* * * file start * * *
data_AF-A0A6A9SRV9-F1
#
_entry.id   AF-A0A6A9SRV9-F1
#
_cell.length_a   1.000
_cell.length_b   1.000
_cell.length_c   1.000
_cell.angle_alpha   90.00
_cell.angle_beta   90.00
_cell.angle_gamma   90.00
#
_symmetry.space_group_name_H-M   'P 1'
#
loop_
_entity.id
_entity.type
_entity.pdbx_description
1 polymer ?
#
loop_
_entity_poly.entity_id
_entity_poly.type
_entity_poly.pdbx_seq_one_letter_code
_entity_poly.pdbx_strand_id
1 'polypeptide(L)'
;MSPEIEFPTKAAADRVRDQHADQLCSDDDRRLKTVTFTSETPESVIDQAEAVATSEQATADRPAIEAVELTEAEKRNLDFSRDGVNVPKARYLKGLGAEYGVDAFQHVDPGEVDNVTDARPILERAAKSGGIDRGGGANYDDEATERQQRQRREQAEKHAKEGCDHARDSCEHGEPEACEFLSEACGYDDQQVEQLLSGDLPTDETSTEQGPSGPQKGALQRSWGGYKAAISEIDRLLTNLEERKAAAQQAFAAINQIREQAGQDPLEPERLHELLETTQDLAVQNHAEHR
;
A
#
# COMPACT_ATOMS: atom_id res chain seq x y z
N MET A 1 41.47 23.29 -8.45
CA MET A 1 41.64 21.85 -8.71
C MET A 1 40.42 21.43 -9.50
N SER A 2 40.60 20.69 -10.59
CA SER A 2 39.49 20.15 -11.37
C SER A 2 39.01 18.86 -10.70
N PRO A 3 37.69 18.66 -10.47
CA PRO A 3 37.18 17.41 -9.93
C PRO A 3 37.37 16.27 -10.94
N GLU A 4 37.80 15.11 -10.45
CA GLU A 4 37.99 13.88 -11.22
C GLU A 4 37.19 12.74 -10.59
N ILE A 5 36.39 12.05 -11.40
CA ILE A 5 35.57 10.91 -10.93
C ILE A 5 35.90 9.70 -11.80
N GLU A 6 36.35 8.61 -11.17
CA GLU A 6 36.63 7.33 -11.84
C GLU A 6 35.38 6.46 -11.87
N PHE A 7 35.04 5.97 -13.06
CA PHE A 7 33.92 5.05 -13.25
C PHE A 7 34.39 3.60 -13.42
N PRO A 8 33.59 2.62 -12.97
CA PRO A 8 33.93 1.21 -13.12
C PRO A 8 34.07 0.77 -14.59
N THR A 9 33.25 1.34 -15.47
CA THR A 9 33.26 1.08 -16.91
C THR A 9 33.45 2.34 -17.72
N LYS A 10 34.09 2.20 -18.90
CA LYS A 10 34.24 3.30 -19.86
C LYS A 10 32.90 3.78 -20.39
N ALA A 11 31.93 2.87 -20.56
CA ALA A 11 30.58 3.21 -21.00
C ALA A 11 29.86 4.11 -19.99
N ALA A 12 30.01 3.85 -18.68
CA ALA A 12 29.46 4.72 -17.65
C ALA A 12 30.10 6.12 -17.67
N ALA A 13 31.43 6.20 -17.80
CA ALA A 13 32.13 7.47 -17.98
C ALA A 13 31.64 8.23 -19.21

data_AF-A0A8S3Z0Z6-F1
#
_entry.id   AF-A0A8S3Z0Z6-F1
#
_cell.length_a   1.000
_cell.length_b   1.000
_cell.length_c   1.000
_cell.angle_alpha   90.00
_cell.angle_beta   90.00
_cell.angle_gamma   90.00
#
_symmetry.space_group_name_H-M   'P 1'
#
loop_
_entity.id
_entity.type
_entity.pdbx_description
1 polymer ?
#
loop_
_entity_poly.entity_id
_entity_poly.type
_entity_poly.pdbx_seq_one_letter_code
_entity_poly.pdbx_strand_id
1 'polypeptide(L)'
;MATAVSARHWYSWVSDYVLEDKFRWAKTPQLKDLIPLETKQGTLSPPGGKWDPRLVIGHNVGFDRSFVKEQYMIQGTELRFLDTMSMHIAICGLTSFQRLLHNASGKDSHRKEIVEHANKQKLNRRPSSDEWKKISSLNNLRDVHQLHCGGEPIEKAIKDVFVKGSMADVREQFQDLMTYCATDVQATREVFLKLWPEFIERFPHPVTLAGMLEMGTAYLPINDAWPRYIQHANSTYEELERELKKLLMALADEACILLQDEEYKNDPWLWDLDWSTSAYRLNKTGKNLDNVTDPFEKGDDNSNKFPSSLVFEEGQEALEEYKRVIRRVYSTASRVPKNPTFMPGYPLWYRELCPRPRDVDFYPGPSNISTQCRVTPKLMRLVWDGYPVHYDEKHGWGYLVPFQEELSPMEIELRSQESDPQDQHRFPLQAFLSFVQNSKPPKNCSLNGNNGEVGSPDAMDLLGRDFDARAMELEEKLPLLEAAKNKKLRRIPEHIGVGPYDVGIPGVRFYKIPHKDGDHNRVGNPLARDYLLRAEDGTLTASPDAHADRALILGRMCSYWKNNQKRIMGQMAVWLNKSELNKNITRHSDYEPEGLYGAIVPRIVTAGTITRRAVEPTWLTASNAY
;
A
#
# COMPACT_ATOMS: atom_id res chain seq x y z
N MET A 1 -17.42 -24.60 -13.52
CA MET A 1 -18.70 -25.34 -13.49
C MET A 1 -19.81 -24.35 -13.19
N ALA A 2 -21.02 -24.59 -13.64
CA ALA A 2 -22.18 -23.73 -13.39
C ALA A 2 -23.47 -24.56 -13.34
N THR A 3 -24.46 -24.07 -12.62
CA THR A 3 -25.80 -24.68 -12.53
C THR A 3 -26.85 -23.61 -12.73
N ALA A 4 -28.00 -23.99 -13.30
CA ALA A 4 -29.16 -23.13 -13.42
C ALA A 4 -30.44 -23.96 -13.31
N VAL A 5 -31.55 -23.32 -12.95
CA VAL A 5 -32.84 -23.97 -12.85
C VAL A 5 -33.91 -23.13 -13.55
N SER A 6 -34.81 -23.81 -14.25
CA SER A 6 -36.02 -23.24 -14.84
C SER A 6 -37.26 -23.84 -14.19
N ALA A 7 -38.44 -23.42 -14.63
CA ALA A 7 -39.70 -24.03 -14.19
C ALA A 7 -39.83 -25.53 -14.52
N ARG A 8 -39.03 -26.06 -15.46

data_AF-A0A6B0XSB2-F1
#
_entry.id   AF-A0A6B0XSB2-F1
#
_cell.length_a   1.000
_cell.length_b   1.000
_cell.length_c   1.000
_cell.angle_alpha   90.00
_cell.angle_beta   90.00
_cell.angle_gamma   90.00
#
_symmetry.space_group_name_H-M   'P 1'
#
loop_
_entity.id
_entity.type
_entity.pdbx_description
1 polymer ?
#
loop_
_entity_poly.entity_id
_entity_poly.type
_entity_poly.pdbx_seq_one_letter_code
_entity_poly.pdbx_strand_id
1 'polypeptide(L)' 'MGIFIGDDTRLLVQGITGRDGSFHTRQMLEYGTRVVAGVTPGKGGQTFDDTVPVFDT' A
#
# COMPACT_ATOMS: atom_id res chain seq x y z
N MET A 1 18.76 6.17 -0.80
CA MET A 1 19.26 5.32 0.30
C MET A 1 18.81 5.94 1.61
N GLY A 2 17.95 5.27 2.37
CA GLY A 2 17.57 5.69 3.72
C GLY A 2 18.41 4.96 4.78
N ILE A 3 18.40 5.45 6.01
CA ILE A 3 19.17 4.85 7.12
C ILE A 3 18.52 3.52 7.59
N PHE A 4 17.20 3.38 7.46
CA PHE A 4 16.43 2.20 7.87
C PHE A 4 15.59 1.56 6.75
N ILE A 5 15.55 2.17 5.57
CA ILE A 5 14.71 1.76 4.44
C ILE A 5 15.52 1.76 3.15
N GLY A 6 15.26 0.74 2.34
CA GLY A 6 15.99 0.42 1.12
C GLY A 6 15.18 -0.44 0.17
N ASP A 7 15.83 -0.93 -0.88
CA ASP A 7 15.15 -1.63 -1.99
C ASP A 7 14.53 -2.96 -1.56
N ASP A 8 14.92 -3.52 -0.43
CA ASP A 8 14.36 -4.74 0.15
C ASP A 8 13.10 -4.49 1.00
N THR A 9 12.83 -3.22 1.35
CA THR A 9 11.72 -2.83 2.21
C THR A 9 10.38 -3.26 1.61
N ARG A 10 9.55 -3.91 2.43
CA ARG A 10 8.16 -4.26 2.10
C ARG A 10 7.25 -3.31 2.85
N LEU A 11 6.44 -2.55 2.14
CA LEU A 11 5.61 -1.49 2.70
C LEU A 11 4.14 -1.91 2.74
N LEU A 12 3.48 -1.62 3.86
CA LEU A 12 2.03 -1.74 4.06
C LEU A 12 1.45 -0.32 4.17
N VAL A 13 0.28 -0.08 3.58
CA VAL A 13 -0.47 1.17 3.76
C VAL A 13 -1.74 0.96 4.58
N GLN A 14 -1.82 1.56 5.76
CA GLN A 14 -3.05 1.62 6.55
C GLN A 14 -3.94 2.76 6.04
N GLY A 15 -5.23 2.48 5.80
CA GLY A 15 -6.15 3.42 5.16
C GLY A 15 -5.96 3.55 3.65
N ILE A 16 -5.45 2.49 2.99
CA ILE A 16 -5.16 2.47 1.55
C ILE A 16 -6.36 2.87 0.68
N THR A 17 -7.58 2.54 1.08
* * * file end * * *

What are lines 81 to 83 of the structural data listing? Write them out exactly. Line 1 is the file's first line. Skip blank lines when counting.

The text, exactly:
_symmetry.space_group_name_H-M   'P 1'
#
loop_